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Blessed (belated) Beltane.  This is the greeting that we bestow upon one another each year as this day arrives.   This beautiful and dreamlike pagan holiday fell on a Friday this year, but it will always fall on May 1st. This day is also referred to by some as May Day.

I remember as a child that all through elementary school on or around May 1st there would be the surprise of friends by placing May Day baskets decorated with flowers and ribbons and filled with candy or flowers. Still, I never really knew where the history or the tradition of it came from or why we did such a thing.

With this article, I have compiled several sources to give a brief overview of the cultural importance and typical practices surrounding Beltane. This is just one celebration of spring. Many people around the globe celebrate in diverse ways, therefore I will be focusing only upon Western European traditions surrounding this holiday.

What is Beltane, and why is it celebrated?  Beltane has become a pretty popular mainstream celebration; however, it is a pagan holiday that occurs on the cusp between spring and summer, Beltane is a Celtic word which means “fires of Bel” (Bel was a Celtic deity).  It is a fire festival that celebrates the fertility of the fields of the coming year and promising for a bountiful harvest.  Although inferred to the planting of the crops, this also extends to the romantic encounters of people as well.

The Beltane festival has existed for centuries and has been referred by various names by several cultures.  The Celts honored their gods and goddesses of fertility by offering them gifts, building bonfires, and offering a sacrifice or tribute.  The Romans celebrated this day as Floralia, a celebration for their goddess of flowers. The Green Man is another entity associated with Beltane and is often observed in England.  This celebration differs because the Green Man is carried through town in a wicker cage as the townsfolk welcome the beginning of summer.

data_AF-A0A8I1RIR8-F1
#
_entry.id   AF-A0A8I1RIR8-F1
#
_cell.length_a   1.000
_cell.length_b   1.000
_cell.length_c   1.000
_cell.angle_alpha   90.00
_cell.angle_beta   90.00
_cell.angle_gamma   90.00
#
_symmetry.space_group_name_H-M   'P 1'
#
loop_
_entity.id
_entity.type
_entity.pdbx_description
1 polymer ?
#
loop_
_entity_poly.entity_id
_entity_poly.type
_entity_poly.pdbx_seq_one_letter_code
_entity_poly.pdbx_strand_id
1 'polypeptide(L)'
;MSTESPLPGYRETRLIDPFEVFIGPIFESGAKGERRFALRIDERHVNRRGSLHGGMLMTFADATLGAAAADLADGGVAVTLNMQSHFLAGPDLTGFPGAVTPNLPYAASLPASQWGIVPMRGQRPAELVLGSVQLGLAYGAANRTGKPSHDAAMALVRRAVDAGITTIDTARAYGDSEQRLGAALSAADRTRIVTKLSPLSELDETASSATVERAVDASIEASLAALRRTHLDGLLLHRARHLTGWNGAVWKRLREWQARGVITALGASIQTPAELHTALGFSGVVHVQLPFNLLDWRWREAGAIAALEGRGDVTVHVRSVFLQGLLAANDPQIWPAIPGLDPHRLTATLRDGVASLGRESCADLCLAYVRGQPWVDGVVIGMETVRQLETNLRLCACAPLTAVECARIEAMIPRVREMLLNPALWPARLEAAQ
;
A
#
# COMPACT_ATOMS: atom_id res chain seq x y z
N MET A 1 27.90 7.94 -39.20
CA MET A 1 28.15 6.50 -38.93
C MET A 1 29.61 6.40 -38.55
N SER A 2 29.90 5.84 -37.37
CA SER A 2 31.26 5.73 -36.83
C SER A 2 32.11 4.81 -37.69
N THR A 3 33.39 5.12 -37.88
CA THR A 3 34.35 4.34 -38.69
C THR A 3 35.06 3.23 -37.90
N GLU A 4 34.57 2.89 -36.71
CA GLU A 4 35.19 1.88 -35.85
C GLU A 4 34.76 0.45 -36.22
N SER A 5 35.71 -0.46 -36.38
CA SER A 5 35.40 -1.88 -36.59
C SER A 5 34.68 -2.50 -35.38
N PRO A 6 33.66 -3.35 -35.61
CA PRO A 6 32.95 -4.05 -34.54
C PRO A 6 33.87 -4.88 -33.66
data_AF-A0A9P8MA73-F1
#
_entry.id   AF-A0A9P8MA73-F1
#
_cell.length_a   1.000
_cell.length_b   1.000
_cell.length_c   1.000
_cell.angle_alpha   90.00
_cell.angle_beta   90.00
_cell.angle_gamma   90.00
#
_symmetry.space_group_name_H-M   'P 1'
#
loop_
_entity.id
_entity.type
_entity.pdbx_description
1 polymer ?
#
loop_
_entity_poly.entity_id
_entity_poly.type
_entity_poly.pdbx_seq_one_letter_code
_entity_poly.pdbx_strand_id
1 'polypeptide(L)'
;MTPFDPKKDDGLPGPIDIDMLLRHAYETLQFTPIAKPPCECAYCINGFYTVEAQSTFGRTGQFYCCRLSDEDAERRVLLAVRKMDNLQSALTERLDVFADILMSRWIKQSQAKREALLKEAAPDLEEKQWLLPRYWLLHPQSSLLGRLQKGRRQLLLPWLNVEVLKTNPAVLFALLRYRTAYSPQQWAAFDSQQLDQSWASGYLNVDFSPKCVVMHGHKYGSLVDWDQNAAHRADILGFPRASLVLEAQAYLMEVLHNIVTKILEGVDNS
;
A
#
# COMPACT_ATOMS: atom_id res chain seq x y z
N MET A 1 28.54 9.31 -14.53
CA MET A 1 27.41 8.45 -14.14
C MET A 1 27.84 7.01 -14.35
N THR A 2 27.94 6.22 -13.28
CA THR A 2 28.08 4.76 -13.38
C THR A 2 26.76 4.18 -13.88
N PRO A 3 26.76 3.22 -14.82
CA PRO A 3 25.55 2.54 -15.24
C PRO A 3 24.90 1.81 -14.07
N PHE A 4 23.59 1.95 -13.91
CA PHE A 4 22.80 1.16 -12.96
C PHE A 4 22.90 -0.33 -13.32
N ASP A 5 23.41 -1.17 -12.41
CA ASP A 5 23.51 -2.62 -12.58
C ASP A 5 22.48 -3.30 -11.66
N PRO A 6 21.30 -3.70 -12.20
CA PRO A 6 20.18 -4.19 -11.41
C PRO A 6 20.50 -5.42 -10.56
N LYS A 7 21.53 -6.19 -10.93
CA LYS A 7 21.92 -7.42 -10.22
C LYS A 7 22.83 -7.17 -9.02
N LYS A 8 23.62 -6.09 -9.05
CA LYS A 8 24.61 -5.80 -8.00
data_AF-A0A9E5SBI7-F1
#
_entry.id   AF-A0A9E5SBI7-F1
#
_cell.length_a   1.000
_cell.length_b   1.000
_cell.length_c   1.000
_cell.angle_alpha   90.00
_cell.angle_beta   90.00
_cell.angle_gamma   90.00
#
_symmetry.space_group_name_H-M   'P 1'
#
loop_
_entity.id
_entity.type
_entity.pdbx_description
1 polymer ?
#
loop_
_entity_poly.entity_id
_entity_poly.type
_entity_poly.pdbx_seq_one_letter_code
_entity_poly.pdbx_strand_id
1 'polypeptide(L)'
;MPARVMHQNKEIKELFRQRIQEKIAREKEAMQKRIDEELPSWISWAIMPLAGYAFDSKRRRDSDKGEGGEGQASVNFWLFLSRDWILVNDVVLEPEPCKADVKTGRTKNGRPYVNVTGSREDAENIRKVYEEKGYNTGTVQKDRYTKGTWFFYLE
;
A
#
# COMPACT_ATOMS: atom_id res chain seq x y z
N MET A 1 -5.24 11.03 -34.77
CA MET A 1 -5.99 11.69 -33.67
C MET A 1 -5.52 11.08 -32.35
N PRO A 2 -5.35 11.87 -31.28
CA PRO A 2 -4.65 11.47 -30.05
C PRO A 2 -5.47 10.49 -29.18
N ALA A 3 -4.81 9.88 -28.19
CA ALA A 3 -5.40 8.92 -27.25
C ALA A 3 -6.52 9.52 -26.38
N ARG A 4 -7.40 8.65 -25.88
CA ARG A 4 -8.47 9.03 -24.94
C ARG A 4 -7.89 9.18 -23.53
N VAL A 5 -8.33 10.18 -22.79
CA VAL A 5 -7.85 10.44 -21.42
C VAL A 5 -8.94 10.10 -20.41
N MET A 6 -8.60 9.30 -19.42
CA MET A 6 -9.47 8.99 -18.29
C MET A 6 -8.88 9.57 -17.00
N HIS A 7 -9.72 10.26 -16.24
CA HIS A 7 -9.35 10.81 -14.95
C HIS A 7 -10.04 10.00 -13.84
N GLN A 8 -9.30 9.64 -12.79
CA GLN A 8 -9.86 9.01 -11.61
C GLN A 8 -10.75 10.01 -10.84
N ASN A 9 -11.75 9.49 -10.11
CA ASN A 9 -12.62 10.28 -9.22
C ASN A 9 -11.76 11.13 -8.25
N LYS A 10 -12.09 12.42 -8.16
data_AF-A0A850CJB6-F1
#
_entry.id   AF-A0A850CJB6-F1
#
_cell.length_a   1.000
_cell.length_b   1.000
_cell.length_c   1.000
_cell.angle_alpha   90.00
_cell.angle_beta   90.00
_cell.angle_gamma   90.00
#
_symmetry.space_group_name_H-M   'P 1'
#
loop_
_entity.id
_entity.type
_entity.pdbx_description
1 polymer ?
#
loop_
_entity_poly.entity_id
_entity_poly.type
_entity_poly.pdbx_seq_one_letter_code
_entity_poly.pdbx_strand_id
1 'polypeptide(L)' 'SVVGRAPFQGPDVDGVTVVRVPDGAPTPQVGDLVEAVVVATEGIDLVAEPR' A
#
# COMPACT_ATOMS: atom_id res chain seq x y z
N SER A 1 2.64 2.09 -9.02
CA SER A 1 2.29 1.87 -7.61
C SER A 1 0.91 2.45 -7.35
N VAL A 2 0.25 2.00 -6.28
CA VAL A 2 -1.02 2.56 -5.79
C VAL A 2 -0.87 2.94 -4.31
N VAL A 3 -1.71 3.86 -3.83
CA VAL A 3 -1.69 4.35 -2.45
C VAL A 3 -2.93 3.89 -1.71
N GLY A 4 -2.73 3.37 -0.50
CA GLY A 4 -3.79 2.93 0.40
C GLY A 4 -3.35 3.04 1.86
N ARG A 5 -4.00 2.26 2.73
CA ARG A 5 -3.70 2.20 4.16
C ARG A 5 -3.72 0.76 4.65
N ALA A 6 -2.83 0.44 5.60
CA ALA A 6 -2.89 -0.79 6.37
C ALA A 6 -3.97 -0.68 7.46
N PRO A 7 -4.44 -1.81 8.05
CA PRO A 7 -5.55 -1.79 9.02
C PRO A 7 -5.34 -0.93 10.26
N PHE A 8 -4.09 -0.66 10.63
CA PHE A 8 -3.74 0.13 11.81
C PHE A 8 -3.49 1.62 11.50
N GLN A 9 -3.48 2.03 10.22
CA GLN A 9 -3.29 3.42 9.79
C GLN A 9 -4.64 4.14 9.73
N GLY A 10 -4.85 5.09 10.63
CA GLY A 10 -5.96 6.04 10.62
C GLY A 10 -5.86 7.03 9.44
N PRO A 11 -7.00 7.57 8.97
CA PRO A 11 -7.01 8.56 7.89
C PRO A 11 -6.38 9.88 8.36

Beltane is celebrated today with one of the longest historical traditions.  Bonfires are meant to represent the burning off of winter and purification.  Often there will be dancing around the Maypole, which is a phallic symbol used to celebrate the rite of fertility.  It will be decorated with beautiful spring flowers and ribbons.  Dancers will skip and dance in opposite directions to weave the strips together until they are woven together tightly at the end.

According to the site,, they have listed out a series of colors that you can/should use for your modern-day Beltane celebration by either tying these colored ribbons around trees or using them for your Maypole and provide their meaning. Red for love and passion; white for peace and harmony; green for good fortune and wealth; purple for Spiritual growth; and Yellow for Joy.

To pay honor to the goddess does not necessarily require a large gathering.  If you are not able to attend a festival or live where there is not a festival being held, you can still follow some ideas as presented by on your own.  The first is to make a candle bonfire by placing a pillar candle on a plate. The purpose is still the same as the large bonfire. Secondly, be sure to frolic.  You can accomplish this step by finding a joyful song, turning it up loud and dance to let it fill your body with happy emotion. Another way to enjoy Beltane on your own is to experience sensual pleasure.  This can be done in any number of ways that will heighten your pleasure senses, from eating the most decadent piece of chocolate cake to soaking in a bath laden with the most fragrant of body oils, just to name two.

Whether you revel in welcoming of the new season with friends and partake of all the celebration or honor the on your own, you are sure to have a bountiful harvest for you reap what you sow.  May your summer be fruitful.


The top of our Maypole.



A picture of The Green Man.  Photo found on the internet, taken by Matt Cardy of Getty Images.



Sources cited for this article:

Wigington, Patti. “Beltane History – Celebrating May Day.” Learn Religions, Feb. 11, 2020,

Wigington, Patti. “How to Celebrate Beltane.” Learn Religions, Feb. 11, 2020,

Kittens are enjoying frolicking around the Maypole.  Photo courtesy of Anna J. Jaskolska


29 thoughts on “Blessed Beltane”

  1. says:

    This was such a good read! And your photo at the end is so wonderful, you all look like little kitten priestesses! I didn’t get to do much for Beltane this year because of work, but I’m starting to plan for Litha!

    1. DeviantMynx DeviantMynx says:

      @marthamarie. I am absolutely thrilled that you enjoyed this and left such lovely feedback. It was sad that we didn’t get to do the big Chateau celebration, but I really wanted to do something to ensure it didn’t go unmissed.

  2. DrusilaV DrusilaV says:

    This was so beautifully written as always. Extremely knowledgeable. I hope many can adopt new traditions. It was so wonderful to dance the maypole with you. That is definitely in my yearly tradition. Along with baking braided bread. Also making floral crowns and jumping a lit cauldron.

    1. DeviantMynx DeviantMynx says: